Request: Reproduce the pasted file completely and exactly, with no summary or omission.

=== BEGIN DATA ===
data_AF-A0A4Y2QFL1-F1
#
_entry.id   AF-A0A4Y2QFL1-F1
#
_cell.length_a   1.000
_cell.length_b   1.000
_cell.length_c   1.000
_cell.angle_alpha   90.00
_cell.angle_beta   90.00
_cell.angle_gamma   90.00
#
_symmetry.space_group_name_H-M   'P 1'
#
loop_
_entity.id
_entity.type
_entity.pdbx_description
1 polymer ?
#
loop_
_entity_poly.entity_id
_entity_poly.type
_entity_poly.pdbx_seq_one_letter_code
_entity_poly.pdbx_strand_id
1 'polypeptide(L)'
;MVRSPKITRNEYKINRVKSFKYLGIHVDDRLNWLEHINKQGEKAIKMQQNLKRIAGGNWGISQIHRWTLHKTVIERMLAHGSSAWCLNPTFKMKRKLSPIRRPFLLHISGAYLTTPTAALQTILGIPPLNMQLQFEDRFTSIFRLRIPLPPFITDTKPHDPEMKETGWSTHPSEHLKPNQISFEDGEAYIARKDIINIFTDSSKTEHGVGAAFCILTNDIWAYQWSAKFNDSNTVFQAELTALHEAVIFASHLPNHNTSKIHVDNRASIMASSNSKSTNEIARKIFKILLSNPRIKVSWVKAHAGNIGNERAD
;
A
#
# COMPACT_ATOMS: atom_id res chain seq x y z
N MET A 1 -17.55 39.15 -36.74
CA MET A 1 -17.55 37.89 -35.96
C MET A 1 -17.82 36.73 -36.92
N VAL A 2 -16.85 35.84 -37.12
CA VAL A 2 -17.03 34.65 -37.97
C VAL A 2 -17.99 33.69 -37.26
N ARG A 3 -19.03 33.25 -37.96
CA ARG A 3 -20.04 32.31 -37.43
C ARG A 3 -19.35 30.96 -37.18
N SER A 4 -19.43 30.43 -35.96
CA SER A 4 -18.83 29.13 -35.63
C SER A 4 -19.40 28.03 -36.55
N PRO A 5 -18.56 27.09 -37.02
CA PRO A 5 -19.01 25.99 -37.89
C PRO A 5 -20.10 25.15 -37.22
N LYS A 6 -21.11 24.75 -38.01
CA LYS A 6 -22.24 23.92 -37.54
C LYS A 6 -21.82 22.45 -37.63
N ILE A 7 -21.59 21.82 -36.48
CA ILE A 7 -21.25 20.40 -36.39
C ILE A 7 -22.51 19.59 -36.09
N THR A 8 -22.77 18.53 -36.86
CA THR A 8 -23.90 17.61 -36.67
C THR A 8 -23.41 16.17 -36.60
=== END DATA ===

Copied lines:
data_AF-A0A4Y2QFL1-F1
#
_entry.id   AF-A0A4Y2QFL1-F1
#
_cell.length_a   1.000
_cell.length_b   1.000
_cell.length_c   1.000
_cell.angle_alpha   90.00
_cell.angle_beta   90.00
_cell.angle_gamma   90.00
#
_symmetry.space_group_name_H-M   'P 1'
#
loop_
_entity.id
_entity.type
_entity.pdbx_description
1 polymer ?
#
loop_
_entity_poly.entity_id
_entity_poly.type
_entity_poly.pdbx_seq_one_letter_code
_entity_poly.pdbx_strand_id
1 'polypeptide(L)'
;MVRSPKITRNEYKINRVKSFKYLGIHVDDRLNWLEHINKQGEKAIKMQQNLKRIAGGNWGISQIHRWTLHKTVIERMLAHGSSAWCLNPTFKMKRKLSPIRRPFLLHISGAYLTTPTAALQTILGIPPLNMQLQFEDRFTSIFRLRIPLPPFITDTKPHDPEMKETGWSTHPSEHLKPNQISFEDGEAYIARKDIINIFTDSSKTEHGVGAAFCILTNDIWAYQWSAKFNDSNTVFQAELTALHEAVIFASHLPNHNTSKIHVDNRASIMASSNSKSTNEIARKIFKILLSNPRIKVSWVKAHAGNIGNERAD
;
A
#
# COMPACT_ATOMS: atom_id res chain seq x y z
N MET A 1 -17.55 39.15 -36.74
CA MET A 1 -17.55 37.89 -35.96
C MET A 1 -17.82 36.73 -36.92
N VAL A 2 -16.85 35.84 -37.12
CA VAL A 2 -17.03 34.65 -37.97
C VAL A 2 -17.99 33.69 -37.26
N ARG A 3 -19.03 33.25 -37.96
CA ARG A 3 -20.04 32.31 -37.43
C ARG A 3 -19.35 30.96 -37.18
N SER A 4 -19.43 30.43 -35.96
CA SER A 4 -18.83 29.13 -35.63
C SER A 4 -19.40 28.03 -36.55
N PRO A 5 -18.56 27.09 -37.02
CA PRO A 5 -19.01 25.99 -37.89
C PRO A 5 -20.10 25.15 -37.22
N LYS A 6 -21.11 24.75 -38.01
CA LYS A 6 -22.24 23.92 -37.54
C LYS A 6 -21.82 22.45 -37.63
N ILE A 7 -21.59 21.82 -36.48
CA ILE A 7 -21.25 20.40 -36.39
C ILE A 7 -22.51 19.59 -36.09
N THR A 8 -22.77 18.53 -36.86
CA THR A 8 -23.90 17.61 -36.67
C THR A 8 -23.41 16.17 -36.60